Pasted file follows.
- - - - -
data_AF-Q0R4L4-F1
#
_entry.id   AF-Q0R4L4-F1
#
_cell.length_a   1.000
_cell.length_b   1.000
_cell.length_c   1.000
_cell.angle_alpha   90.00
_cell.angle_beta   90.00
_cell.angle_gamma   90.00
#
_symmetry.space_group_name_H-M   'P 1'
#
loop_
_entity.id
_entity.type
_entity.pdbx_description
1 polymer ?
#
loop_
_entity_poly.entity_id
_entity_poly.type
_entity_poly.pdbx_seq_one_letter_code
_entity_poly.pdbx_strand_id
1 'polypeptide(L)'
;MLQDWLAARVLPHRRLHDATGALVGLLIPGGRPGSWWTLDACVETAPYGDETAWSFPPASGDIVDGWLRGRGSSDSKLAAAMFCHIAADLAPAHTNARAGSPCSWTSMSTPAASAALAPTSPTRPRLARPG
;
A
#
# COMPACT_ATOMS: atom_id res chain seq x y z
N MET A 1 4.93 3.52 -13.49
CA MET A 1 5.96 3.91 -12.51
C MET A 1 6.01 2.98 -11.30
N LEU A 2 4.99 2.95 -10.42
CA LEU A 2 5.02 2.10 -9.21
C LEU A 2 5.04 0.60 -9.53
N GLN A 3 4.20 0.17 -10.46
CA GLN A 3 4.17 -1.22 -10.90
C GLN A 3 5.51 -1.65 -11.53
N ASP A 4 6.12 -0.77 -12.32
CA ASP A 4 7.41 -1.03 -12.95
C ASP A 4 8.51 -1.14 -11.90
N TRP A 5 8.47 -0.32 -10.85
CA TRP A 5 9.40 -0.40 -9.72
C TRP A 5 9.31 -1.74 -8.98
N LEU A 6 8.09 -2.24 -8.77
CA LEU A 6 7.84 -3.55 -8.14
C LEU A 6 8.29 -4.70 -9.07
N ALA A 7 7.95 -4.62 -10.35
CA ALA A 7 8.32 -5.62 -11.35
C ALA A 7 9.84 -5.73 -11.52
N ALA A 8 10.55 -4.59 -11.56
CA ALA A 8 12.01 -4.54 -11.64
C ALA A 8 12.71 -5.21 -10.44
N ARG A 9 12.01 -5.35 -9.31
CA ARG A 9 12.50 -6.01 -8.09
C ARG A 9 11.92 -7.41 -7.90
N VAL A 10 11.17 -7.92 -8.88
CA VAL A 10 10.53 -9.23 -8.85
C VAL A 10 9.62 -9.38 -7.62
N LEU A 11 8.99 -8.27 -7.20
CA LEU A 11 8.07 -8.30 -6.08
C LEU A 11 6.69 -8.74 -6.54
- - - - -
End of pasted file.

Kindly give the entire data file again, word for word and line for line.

data_AF-Q0R4L4-F1
#
_entry.id   AF-Q0R4L4-F1
#
_cell.length_a   1.000
_cell.length_b   1.000
_cell.length_c   1.000
_cell.angle_alpha   90.00
_cell.angle_beta   90.00
_cell.angle_gamma   90.00
#
_symmetry.space_group_name_H-M   'P 1'
#
loop_
_entity.id
_entity.type
_entity.pdbx_description
1 polymer ?
#
loop_
_entity_poly.entity_id
_entity_poly.type
_entity_poly.pdbx_seq_one_letter_code
_entity_poly.pdbx_strand_id
1 'polypeptide(L)'
;MLQDWLAARVLPHRRLHDATGALVGLLIPGGRPGSWWTLDACVETAPYGDETAWSFPPASGDIVDGWLRGRGSSDSKLAAAMFCHIAADLAPAHTNARAGSPCSWTSMSTPAASAALAPTSPTRPRLARPG
;
A
#
# COMPACT_ATOMS: atom_id res chain seq x y z
N MET A 1 4.93 3.52 -13.49
CA MET A 1 5.96 3.91 -12.51
C MET A 1 6.01 2.98 -11.30
N LEU A 2 4.99 2.95 -10.42
CA LEU A 2 5.02 2.10 -9.21
C LEU A 2 5.04 0.60 -9.53
N GLN A 3 4.20 0.17 -10.46
CA GLN A 3 4.17 -1.22 -10.90
C GLN A 3 5.51 -1.65 -11.53
N ASP A 4 6.12 -0.77 -12.32
CA ASP A 4 7.41 -1.03 -12.95
C ASP A 4 8.51 -1.14 -11.90
N TRP A 5 8.47 -0.32 -10.85
CA TRP A 5 9.40 -0.40 -9.72
C TRP A 5 9.31 -1.74 -8.98
N LEU A 6 8.09 -2.24 -8.77
CA LEU A 6 7.84 -3.55 -8.14
C LEU A 6 8.29 -4.70 -9.07
N ALA A 7 7.95 -4.62 -10.35
CA ALA A 7 8.32 -5.62 -11.35
C ALA A 7 9.84 -5.73 -11.52
N ALA A 8 10.55 -4.59 -11.56
CA ALA A 8 12.01 -4.54 -11.64
C ALA A 8 12.71 -5.21 -10.44
N ARG A 9 12.01 -5.35 -9.31
CA ARG A 9 12.50 -6.01 -8.09
C ARG A 9 11.92 -7.41 -7.90
N VAL A 10 11.17 -7.92 -8.88
CA VAL A 10 10.53 -9.23 -8.85
C VAL A 10 9.62 -9.38 -7.62
N LEU A 11 8.99 -8.27 -7.20
CA LEU A 11 8.07 -8.30 -6.08
C LEU A 11 6.69 -8.74 -6.54